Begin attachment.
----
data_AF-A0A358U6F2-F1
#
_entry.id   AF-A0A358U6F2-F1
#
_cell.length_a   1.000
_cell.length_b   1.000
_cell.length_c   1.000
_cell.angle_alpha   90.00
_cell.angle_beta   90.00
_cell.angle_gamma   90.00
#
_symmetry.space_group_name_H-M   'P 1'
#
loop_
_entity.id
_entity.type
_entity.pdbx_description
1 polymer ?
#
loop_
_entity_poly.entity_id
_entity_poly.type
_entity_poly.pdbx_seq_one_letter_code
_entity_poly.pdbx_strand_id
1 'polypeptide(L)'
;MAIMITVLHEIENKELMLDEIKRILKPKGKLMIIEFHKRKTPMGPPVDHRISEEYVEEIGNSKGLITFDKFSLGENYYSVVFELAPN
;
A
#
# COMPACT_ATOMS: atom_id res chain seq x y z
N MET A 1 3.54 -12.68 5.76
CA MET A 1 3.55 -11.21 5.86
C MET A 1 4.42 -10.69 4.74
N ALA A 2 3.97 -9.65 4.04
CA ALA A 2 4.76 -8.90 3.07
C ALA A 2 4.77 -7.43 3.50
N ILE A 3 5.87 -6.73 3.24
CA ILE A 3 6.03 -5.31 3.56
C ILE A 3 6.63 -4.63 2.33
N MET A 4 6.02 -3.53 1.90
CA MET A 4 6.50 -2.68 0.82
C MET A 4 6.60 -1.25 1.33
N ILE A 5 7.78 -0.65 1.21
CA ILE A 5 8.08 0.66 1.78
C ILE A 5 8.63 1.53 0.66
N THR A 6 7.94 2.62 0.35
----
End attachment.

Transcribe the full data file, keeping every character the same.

data_AF-A0A358U6F2-F1
#
_entry.id   AF-A0A358U6F2-F1
#
_cell.length_a   1.000
_cell.length_b   1.000
_cell.length_c   1.000
_cell.angle_alpha   90.00
_cell.angle_beta   90.00
_cell.angle_gamma   90.00
#
_symmetry.space_group_name_H-M   'P 1'
#
loop_
_entity.id
_entity.type
_entity.pdbx_description
1 polymer ?
#
loop_
_entity_poly.entity_id
_entity_poly.type
_entity_poly.pdbx_seq_one_letter_code
_entity_poly.pdbx_strand_id
1 'polypeptide(L)'
;MAIMITVLHEIENKELMLDEIKRILKPKGKLMIIEFHKRKTPMGPPVDHRISEEYVEEIGNSKGLITFDKFSLGENYYSVVFELAPN
;
A
#
# COMPACT_ATOMS: atom_id res chain seq x y z
N MET A 1 3.54 -12.68 5.76
CA MET A 1 3.55 -11.21 5.86
C MET A 1 4.42 -10.69 4.74
N ALA A 2 3.97 -9.65 4.04
CA ALA A 2 4.76 -8.90 3.07
C ALA A 2 4.77 -7.43 3.50
N ILE A 3 5.87 -6.73 3.24
CA ILE A 3 6.03 -5.31 3.56
C ILE A 3 6.63 -4.63 2.33
N MET A 4 6.02 -3.53 1.90
CA MET A 4 6.50 -2.68 0.82
C MET A 4 6.60 -1.25 1.33
N ILE A 5 7.78 -0.65 1.21
CA ILE A 5 8.08 0.66 1.78
C ILE A 5 8.63 1.53 0.66
N THR A 6 7.94 2.62 0.35